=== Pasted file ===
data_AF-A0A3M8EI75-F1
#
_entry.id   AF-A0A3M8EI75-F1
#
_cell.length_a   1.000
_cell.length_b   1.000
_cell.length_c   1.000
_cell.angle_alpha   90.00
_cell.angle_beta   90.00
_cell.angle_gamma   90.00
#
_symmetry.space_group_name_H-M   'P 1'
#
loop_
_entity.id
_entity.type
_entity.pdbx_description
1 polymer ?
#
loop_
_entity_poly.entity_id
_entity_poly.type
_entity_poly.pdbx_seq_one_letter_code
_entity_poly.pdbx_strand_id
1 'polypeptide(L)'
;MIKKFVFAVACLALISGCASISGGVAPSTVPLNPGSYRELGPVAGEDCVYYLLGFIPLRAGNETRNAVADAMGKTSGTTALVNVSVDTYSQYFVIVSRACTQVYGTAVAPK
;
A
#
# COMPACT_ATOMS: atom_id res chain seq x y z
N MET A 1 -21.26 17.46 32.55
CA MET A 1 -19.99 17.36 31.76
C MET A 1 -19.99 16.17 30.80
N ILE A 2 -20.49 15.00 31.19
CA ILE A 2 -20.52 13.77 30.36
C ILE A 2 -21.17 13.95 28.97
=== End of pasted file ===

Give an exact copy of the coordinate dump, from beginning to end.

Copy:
data_AF-A0A3M8EI75-F1
#
_entry.id   AF-A0A3M8EI75-F1
#
_cell.length_a   1.000
_cell.length_b   1.000
_cell.length_c   1.000
_cell.angle_alpha   90.00
_cell.angle_beta   90.00
_cell.angle_gamma   90.00
#
_symmetry.space_group_name_H-M   'P 1'
#
loop_
_entity.id
_entity.type
_entity.pdbx_description
1 polymer ?
#
loop_
_entity_poly.entity_id
_entity_poly.type
_entity_poly.pdbx_seq_one_letter_code
_entity_poly.pdbx_strand_id
1 'polypeptide(L)'
;MIKKFVFAVACLALISGCASISGGVAPSTVPLNPGSYRELGPVAGEDCVYYLLGFIPLRAGNETRNAVADAMGKTSGTTALVNVSVDTYSQYFVIVSRACTQVYGTAVAPK
;
A
#
# COMPACT_ATOMS: atom_id res chain seq x y z
N MET A 1 -21.26 17.46 32.55
CA MET A 1 -19.99 17.36 31.76
C MET A 1 -19.99 16.17 30.80
N ILE A 2 -20.49 15.00 31.19
CA ILE A 2 -20.52 13.77 30.36
C ILE A 2 -21.17 13.95 28.97